on December 11, 2014, Linwood C. Wright, the Assistant United
States Attorney assigned to prosecute Woewiyu's case,
"requested that the Department of Justice's National
Security Division (NSD) ask another government entity to
conduct a prudential search request, in order to determine
whether the entity possessed classified documents relating to
[Woewiyu]." Wright Aff. ¶ 2. On January 15, 2015,
following the NSD's request, the "entity retrieved
documents that were responsive to the prudential search
request." Wright Aff. ¶ 2.
order to review the classified documents, Wright needed to
obtain additional security clearance. On February 24, 2015,
Wright was granted an additional clearance. Wright Aff.
¶ 3. Wright then coordinated with the government entity
to review the classified documents. Wright Aff. ¶ 4.
"[Wright] was granted permission to review those
documents on convenient dates specified by the government
entity, at the entity's facility." Wright Aff.
¶ 4. Wright reviewed documents on eight days during the
months of July through September 2015. As a result of his
review, Wright made "numerous classified notes."
Wright Aff. ¶ 4.
December 10, 2015, the government entity that possessed the
classified documents, reviewed Wright's classified notes,
redacted portions of them, and then transmitted them to NSD.
Wright Aff. ¶ 5. On May 17, 2016, NSD transmitted
Wright's classified notes to the Federal Bureau of
Investigation ("FBI") in Philadelphia and they were
stored in the FBI's Sensitive Compartmented Information
Facility. Wright Aff. ¶ 5.
his request and review of classified documents, Wright did
not file any motions informing the Court of his investigation
into classified documents related to Woewiyu. Notwithstanding
his failure to file any motions, however, Wright kept the
Court informed of the classified status of the case and his
ongoing efforts to obtain and review documents.
December 12, 2014 and June 10, 2016, Wright engaged in
multiple phone conversations with Criminal Deputy Clerk James
Scheidt. During these conversations, Wright
informed Scheidt of his ongoing investigation into classified
documents related to Woewiyu, and the strong likelihood that
once he completed his review the Court would need to conduct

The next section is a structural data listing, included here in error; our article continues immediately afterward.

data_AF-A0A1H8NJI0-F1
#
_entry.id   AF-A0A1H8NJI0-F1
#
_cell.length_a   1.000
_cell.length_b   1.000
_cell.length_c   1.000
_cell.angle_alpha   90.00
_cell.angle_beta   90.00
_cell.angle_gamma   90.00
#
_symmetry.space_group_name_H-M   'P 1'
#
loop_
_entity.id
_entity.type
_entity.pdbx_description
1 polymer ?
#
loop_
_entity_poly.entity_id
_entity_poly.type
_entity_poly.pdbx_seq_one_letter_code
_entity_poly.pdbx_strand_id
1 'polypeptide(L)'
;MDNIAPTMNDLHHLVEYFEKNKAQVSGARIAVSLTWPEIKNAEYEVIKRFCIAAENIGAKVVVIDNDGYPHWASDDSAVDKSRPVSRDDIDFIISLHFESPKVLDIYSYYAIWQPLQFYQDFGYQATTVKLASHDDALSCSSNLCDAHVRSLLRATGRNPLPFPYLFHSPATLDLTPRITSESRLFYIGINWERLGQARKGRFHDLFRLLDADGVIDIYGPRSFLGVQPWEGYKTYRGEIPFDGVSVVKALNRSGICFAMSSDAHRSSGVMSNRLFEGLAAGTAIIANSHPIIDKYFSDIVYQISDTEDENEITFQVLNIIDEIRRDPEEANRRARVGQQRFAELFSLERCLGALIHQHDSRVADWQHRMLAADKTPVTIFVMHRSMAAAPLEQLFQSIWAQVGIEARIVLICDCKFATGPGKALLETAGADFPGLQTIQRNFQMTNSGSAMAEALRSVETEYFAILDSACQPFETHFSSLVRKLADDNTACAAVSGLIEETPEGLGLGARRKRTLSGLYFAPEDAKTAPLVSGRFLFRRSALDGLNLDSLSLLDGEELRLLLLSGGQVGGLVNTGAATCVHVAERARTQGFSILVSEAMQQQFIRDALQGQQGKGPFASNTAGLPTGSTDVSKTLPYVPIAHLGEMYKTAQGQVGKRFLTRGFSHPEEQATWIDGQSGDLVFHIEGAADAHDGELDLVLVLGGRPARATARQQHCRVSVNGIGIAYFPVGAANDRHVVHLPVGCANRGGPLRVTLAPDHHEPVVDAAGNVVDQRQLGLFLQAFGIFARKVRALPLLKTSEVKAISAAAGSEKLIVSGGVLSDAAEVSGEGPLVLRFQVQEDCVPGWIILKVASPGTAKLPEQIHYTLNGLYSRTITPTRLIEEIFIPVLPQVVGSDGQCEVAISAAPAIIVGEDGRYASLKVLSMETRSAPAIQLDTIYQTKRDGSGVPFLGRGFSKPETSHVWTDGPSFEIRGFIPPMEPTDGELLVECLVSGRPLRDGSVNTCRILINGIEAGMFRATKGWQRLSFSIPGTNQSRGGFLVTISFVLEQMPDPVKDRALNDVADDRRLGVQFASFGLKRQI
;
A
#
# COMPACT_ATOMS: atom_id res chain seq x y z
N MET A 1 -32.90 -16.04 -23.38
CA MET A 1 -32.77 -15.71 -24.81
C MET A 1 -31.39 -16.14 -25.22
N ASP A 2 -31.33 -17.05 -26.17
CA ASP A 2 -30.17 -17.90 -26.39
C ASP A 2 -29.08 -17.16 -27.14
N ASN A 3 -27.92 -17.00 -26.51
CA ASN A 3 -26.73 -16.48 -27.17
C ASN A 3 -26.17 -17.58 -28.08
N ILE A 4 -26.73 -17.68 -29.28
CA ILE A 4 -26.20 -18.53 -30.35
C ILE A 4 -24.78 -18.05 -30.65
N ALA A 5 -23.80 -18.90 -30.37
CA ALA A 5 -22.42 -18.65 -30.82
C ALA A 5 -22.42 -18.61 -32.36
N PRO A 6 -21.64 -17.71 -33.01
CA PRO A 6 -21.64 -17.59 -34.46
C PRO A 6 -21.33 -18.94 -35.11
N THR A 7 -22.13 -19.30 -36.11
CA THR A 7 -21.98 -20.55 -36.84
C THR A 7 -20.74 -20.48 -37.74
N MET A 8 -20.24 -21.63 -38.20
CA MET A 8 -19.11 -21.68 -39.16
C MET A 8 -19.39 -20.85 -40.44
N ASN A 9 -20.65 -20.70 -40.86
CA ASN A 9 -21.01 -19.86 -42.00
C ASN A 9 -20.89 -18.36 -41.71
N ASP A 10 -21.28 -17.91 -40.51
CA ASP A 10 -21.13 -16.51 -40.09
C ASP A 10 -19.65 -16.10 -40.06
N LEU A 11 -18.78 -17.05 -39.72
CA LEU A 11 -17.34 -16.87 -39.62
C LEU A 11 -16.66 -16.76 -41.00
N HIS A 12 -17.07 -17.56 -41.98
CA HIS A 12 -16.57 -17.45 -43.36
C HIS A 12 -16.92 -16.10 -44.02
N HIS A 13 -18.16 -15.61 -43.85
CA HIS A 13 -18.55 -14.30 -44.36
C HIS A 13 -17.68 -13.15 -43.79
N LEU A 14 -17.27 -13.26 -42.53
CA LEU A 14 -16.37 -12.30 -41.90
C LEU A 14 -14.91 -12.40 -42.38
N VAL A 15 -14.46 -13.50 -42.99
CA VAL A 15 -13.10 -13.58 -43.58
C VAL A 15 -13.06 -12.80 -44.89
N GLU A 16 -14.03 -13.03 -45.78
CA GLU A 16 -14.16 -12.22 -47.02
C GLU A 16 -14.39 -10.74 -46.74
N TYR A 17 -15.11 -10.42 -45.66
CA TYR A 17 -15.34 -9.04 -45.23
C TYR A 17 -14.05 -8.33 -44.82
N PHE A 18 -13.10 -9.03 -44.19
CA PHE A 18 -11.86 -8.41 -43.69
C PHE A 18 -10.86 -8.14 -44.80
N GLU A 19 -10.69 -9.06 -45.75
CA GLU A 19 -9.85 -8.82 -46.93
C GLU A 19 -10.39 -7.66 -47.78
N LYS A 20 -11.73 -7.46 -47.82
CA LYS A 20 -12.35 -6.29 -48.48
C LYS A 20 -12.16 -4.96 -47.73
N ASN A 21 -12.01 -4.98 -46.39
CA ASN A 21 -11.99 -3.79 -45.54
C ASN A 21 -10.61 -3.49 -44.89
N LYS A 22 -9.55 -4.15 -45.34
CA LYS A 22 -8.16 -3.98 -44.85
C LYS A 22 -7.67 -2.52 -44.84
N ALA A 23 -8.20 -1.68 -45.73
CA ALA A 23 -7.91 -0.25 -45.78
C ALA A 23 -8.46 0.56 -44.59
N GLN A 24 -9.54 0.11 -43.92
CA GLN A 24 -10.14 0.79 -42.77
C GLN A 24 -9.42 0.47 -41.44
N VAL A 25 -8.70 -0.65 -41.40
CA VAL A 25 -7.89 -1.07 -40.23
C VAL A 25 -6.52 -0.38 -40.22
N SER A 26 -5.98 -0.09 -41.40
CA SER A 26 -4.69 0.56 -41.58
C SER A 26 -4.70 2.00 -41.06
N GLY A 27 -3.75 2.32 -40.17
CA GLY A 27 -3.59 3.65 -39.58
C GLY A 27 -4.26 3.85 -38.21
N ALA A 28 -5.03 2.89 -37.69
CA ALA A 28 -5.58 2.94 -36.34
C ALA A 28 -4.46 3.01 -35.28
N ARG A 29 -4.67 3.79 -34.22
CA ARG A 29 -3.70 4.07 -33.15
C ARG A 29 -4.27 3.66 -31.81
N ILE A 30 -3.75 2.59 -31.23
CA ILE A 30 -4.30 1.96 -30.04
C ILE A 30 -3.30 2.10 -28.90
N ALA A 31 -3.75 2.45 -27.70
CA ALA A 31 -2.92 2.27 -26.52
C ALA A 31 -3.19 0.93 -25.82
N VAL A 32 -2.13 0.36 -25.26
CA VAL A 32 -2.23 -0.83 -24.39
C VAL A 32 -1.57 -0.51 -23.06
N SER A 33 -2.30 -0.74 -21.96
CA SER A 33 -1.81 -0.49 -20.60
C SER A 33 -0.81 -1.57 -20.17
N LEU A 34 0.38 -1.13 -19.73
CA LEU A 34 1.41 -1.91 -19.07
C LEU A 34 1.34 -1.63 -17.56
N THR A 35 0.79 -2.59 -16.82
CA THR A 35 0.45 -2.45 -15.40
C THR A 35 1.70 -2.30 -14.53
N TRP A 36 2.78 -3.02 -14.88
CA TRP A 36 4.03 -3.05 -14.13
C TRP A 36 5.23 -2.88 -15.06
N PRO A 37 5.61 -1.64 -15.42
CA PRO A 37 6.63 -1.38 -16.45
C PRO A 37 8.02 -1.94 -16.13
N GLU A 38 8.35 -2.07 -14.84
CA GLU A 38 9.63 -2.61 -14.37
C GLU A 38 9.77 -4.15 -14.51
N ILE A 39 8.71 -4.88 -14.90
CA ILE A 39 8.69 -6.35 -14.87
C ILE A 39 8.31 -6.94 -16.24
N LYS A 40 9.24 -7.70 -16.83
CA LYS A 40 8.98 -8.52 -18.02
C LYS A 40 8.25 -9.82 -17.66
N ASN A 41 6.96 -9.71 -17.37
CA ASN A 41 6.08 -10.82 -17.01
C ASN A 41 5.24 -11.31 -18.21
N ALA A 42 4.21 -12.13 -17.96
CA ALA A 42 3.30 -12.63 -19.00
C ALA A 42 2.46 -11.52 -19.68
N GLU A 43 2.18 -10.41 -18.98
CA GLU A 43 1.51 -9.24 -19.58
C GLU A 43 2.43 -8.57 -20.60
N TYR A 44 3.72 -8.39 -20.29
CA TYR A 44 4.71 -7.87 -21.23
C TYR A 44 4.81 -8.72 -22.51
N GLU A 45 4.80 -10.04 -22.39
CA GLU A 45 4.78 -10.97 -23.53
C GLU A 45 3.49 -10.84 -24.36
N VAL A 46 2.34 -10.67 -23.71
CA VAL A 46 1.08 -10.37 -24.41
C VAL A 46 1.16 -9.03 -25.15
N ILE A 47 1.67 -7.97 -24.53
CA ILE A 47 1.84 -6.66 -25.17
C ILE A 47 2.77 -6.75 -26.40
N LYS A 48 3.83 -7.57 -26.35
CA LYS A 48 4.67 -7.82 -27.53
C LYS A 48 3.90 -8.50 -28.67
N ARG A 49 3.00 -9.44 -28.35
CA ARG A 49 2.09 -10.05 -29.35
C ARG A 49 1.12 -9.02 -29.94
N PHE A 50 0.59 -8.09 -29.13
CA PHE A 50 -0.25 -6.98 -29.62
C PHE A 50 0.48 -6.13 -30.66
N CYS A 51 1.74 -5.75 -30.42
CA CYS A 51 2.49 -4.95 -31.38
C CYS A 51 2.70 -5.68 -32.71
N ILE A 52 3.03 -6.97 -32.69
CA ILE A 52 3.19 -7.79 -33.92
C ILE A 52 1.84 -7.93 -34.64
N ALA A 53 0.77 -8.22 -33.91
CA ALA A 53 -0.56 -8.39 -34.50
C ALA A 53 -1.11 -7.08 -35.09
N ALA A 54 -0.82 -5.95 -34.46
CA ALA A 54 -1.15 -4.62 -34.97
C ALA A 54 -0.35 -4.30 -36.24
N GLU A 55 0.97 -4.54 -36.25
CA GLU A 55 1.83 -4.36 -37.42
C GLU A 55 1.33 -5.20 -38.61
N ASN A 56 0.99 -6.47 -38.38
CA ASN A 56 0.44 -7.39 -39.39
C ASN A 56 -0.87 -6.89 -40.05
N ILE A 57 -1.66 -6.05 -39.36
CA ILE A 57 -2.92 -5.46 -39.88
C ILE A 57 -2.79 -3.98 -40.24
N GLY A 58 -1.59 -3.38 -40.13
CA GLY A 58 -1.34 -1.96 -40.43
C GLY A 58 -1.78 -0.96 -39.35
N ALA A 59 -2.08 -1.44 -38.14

its own review of these classified documents. Scheidt relayed
the content of these conversations to the Court, keeping the
Court apprised of the classified nature of the case and the
complex and complicated discovery process.
22, 2016, the Government filed both an Unopposed Motion to
Designate a Classified Information Security Officer and a
Motion for a Pretrial Conference Pursuant to the Classified
Information Procedures Act. ECF Nos. 44, 45. Following the
Government's filing of formal CIPA motions, the Court
began the arduous task of reviewing classified information,
which first required several staff members to obtain security
clearance and then required review of all materials in a
Sensitive Compartmented Information Facility.
28, 2016, the Court granted the Government's Unopposed
Motion to Designate a Classified Information Security Officer
and designated a classified information security officer. ECF
No. 48. On March 2, 2017, the Court granted the
Government's Motion for a Pretrial Conference Pursuant to
the Classified Information Procedures Act. ECF No. 49.
April 4, 2017, Woewiyu filed a Motion in Opposition to
Bifurcated CIPA § 2 Conference that the Court denied on
April 10, 2017. ECF Nos. 51, 52.
April 12, 2017 through July 17, 2017, the parties filed three
CIPA § 4 motions. On April 12, 2017, Woewiyu filed a
Motion to Compel Discovery of CIPA § 4 Material. ECF No.
53. On June 30, 2017, the Government filed an ex parte motion
under CIPA § 4. See ECF No. 72. On July 17,